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"Hindsights"

Looking back at:

Vereins Kirche: The Symbol of Fredericksburg

By Michael Barr
Michael Barr

Fredericksburg took it hard when workers demolished the original Vereins Kirche in 1897 and almost immediately made plans to build a new one, exactly like the old one, out of the traffic flow, not 200 feet from where the original Vereins Kirche stood in the middle of Main Street.

The present has always mingled with the past in Fredericksburg. The town faced the 20th century with some apprehension. Progress meant change. Wires hummed with electricity. Cars rapidly replaced horse-drawn wagons. Roadsters sped through town right over the spot where the old Vereins Kirche once stood.

Citizens talked frequently about building a replica of the famous coffee mill house, but the cost, reportedly in the $5,000 range, was too high for serious consideration. Then the Great Depression hit making the rebuilding project even more unlikely.

Ironically it was our country's response to the worst financial crisis in history that made the replica of the Vereins Kirche financially possible.

President Franklin Roosevelt took office in March 1933, and almost immediately his New Deal program made money available to cash-strapped local governments in the form of grants and low interest loans. The purpose of the money was to give jobs to the unemployed and to pump dollars into local economies.

Gillespie County seized the opportunity and requested help from the federal government to build a replica of the Vereins Kirche. The plan called for the city and county to supply materials and the Civil Works Administration (CWA) in Washington to pay the labor costs.

The state CWA agreed to help with the project provided there was a local organization to sponsor it. For that purpose citizens of Gillespie County met in January 1934 to organize the Gillespie County Historical Society. The Historical Society and the Vereins Kirche have been closely linked ever since.

Over 100 enthusiastic citizens gathered at the courthouse on December 10, 1933 to view plans for the new Vereins Kirche drawn by Lee Kiehne, a recent graduate of the University of Texas School of Architecture. Estimated cost was $6,200. The New Deal would donate the cost of the labor. The balance, about $1,700, would have to be raised locally. Even that amount would be a struggle during those hard times.

In hindsight what seemed a fortune during the Great Depression turned out to be the deal of a lifetime. The Vereins Kirche generated more publicity than anyone could have imagined.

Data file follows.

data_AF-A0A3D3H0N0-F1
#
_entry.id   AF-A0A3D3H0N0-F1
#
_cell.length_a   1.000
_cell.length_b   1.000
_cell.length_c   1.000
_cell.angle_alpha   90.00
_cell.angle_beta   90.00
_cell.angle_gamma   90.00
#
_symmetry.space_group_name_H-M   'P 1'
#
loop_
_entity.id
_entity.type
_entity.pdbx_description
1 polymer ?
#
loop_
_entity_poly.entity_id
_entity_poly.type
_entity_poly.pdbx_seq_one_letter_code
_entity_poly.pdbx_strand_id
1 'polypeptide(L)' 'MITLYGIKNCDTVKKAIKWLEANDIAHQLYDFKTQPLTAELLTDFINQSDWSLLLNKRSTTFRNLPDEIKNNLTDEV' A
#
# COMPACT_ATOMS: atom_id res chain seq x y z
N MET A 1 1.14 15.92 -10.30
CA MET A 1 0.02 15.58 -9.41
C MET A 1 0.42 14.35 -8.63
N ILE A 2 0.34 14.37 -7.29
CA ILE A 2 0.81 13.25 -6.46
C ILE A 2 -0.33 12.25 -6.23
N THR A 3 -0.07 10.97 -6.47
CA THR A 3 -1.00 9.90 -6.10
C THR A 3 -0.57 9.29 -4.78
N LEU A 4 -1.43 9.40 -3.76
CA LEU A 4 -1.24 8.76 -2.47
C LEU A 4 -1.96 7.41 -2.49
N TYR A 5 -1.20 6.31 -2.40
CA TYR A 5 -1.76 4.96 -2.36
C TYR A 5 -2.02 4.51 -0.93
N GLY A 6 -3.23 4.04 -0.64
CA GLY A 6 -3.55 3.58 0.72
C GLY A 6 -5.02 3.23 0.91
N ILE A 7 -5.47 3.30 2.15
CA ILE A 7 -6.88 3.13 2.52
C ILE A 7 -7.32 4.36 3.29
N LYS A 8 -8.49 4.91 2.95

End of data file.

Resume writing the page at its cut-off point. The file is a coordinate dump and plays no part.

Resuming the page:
Plans called for a ceremony to lay 2 cornerstones for the building: a new one of red granite and the original1847 cornerstone, provided it could be located. Someone found it in a barnyard - a watering trough for chickens.

On January 6, 1934 city officials laid the 2 cornerstones. A copper box placed in the new cornerstone contained a history of the Vereins Kirche, the latest copies of the Fredericksburg Standard and Fredericksburg Radio-Post, the Concordia Singing Club Jubilee Booklet, a program of the 46th Saengerfest, some Chamber of Commerce literature, a photo of the city commission, a photo of John Meusebach and some coins.

Work on the building continued throughout 1934. Citizens from all over the county brought in interesting and unusual rock specimens for the flagstone floor which is itself a work of art. Workers completed the building in time for the 1935 Founder's Day celebration.

Frederickburg TX - Vereins Kirche
"Vereins Kirche" in Fredricksburg
Click on image to enlarge

Feb. 2019 photo © Michael Barr

In no time at all a bond developed between Fredericksburg and the little coffee mill house in the middle of Marketplatz. Beginning in 1938 Fredericksburg used the building as a library until the McDermott Building replaced it. Children who grew up in Fredericksburg in the 1950s and 60s have fond memories of summers spent playing baseball, swimming at the city pool and sitting with Mrs. Phillips for story time at the Vereins Kirche.

To the descendants of the German settlers, the building is a connection to their ancestors. To the rest of the world the Vereins Kirche symbolizes Fredericksburg. It is the backdrop for festivals and the most photographed place in town. Its simple design and unique shape make it one of the most recognizable small town symbols in the country.

Michael Barr
"Hindsights" August 1, 2020 Column

Sources:
"Vereins Kirche - Fredericksburg's Most Famous Landmark," Fredericksburg Standard, June 30, 1976.


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